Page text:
The BT was abnormally higher in all 16 patients with CO-poisoning, and 9 and 7 patients (56% and 44%, respectively) were assigned to the WMD group (7 men and 2 women; mean age: 41.6 ± 14.5 years; age range: 23–71 years) and the non-WMD group (7 men; mean age: 51.7 ± 18.6 years; age range: 30–72 years), respectively, with a cut-off FA value (0.374) from healthy subjects (Table 1). All three patients with DNS were included in the WMD group. The BT in the non-WMD group was significantly higher than that in the WMD group (p = 0.0311; Fig. 3). When we defined 39.05 °C as the cut-off value by receiver operating characteristic (ROC) curve analysis, BT was a good predictor for distinguishing all patients with DNS from other patients (sensitivity: 100%; specificity: 92.3%; positive predictive value: 75.0%; negative predictive value 100%, area under curve: 0.974; confidential interval: 0.752–1.00; p < 0.0001; Fig. 4). Additionally, BT was significantly correlated with the FA value (ρ = 0.542, p = 0.0302), and linear regression analysis indicated a significant association (slope: 0.03350, p = 0.0480; intercept: −0.9537, p = 0.0095; F-test: p = 0.0095; Fig. 4); however, there was no significant correlation between BT and ADC (ρ = −0.279, p = 0.2953). Moreover, no significant correlations were found between age and BT or FA (ρ = 0.195, p = 0.4703; ρ = 0.192, p = 0.4769, respectively).

Figure 3: Brain temperature (BT) in carbon monoxide (CO)-poisoned patients at the subacute phase.
Figure 3

The BT in subacute CO-poisoned patients was higher than the cut-off value of BT (38.3 °C) determined from a control group. The BT in the white matter damage (WMD) group, composed of patients who showed a fractional anisotropy value less than the cut-off value (0.374), was significantly lower than that in the non-WMD group. Black circles indicate patients who showed delayed neuropsychiatric sequelae (DNS) after a lucid interval; white circles indicate patients who showed no DNS but only initial symptoms within 3 days after admission.

Figure 4: Relation between the brain temperature (BT) and fractional anisotropy (FA) value in all 16 CO-poisoned patients at the subacute phase.
Figure 4

The BT significantly correlated (ρ = 0.542, p = 0.0302) and was associated (slope: 0.03350, p = 0.0480; intercept: −0.9537, p = 0.0095; F-test: p = 0.0095) with the FA value, and the dot curved lines indicate the 95% confidential interval. The horizontal and vertical lines indicate the cut-off values of FA (0.374) and BT (39.05 °C), respectively.

Body temperature, which could be measured in only 13 patients (Table 1), was significantly lower than BT (p < 0.0002) and no significant correlation was observed between the two parameters (ρ = 0.212, p = 0.4868). In addition, no significant difference in body temperature was observed between the WMD and non-WMD groups (p = 0.4633). Furthermore, there was no significant correlation between body temperature and FA (ρ = −0.249, p = 0.4114). On the other hand, ΔT ( = BT – body temperature) strongly correlated with FA (ρ = 0.733, p < 0.0043).

Discussion

The main findings of this study are as follows: (1) increased BT correlates with the degree of WMD; (2) ΔT, which can represent pure BT effect by decreasing the effect of body temperature, more strongly correlates with the degree of WMD in subacute CO poisoning. In addition, the BT in patients with subacute CO-poisoning might be able to partially represent their brain metabolism because the BT was lower when WMD was stronger, as seen in patients with severe WMD showing DNS in the present study. We also confirmed that patients with subacute CO-poisoning displayed high BT compared to body temperature and that the BT was abnormally high compared to the normal BT from healthy controls as reported in a previous study8. Those findings suggested that the basic regulation system for BT might have a different mechanism from that for body temperature regulation, although the absolute BT value included a small effect of body temperature. No previous studies have examined this relationship in patients with CO-poisoning by estimating the BT by means of 1H-MRS and determining the FA value from the DTI dataset.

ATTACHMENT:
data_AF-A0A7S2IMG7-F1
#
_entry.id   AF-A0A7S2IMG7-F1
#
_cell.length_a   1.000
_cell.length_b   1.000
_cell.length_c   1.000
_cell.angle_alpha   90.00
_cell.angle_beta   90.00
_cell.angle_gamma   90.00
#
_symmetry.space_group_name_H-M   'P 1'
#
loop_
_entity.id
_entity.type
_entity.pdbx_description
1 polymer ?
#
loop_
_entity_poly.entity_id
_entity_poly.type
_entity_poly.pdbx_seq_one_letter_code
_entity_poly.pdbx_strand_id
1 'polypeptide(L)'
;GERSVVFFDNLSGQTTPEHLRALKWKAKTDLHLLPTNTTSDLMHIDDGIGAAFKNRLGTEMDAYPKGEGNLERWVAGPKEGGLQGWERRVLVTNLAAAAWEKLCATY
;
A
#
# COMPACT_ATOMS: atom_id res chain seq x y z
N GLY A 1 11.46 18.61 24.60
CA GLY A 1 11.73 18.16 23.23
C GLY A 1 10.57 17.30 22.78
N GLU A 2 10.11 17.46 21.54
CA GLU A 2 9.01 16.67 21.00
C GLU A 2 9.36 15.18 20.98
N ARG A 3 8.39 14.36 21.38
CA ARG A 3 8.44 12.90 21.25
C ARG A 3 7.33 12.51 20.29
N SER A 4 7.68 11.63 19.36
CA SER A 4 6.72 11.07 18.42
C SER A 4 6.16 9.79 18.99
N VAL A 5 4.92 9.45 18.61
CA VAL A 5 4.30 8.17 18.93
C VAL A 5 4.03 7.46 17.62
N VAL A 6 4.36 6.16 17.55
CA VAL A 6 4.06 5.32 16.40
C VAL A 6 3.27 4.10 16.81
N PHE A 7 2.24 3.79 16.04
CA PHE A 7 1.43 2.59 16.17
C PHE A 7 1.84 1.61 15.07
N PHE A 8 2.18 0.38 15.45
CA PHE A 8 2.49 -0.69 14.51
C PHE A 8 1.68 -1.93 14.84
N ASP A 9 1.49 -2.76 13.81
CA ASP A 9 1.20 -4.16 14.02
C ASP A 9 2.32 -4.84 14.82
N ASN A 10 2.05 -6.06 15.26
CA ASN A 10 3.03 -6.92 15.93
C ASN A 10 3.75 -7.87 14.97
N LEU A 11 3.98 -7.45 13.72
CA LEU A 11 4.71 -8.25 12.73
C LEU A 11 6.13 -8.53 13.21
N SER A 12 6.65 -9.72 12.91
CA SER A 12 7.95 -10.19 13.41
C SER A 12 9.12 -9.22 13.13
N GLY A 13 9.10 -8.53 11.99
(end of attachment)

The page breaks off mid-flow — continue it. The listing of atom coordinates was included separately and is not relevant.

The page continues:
Brain temperature has traditionally been viewed as a parameter that passively reflects a collective state of brain activity. On the other hand, it has been reported that BT might also act as a control parameter with a dynamic fluctuation modulating brain activity and function14,15. In a recent animal study, it has been reported that BT in songbirds could easily be increased by singing faster tempo songs16, which suggested that subtle changes in neural activity might affect BT. Also in a human study, such sensitive response of BT to neural activity was observed with chemical shift-based BT measurement and functional MRI with visual stimulation1. The study also demonstrated that an increase in regional CBF during functional stimulation could cause a BT reduction by 0.2 °C and subsequent local changes in oxygen metabolism. The findings in humans indicated that CBF could be significantly associated with BT changes. However, when CBF continuously diminishes, BT would largely be defined by metabolic activity throughout the brain. In a previous study, CBF continuously decreased from 3 days to 1 month after CO exposure not only in patients showing DNS but also in those showing no neuropsychiatric sequelae17. In other words, CBF remained abnormally low until the subacute phase, even if the brain damage was mild. High OEF defined as misery perfusion, which indicates CBF reduction and maintained CMRO2, was also identified by means of PET in the acute phase after CO exposure7. Various reports from patient studies suggested that high BT could be associated with abnormal cerebral perfusion and metabolism, such as misery perfusion1,2,3,4. In fact, as seen in a previous report8, an abnormally high BT was observed in all patients with subacute CO-poisoning. Based on the heat removal mechanism in which heat produced by cerebral metabolism can be removed by CBF, high BT can be observed when CBF is reduced. Thus, high BT in the present study might suggest that the heat production by cerebral metabolism might exceed the heat removal by CBF. On the other hand, the mechanism for continuous CBF reduction has been unclear. However, the cerebrovascular autoregulation can be damaged by potent oxidative stress after CO exposure to the endothelial cells in the vascular lining during the acute phase13,18. Hence, CBF might be reduced, and then BT might depend strongly on cerebral metabolism, including the metabolism of glucose, oxygen, and active membrane at the subacute phase after CO exposure. Consequently, BT would remain high even in the subacute phase.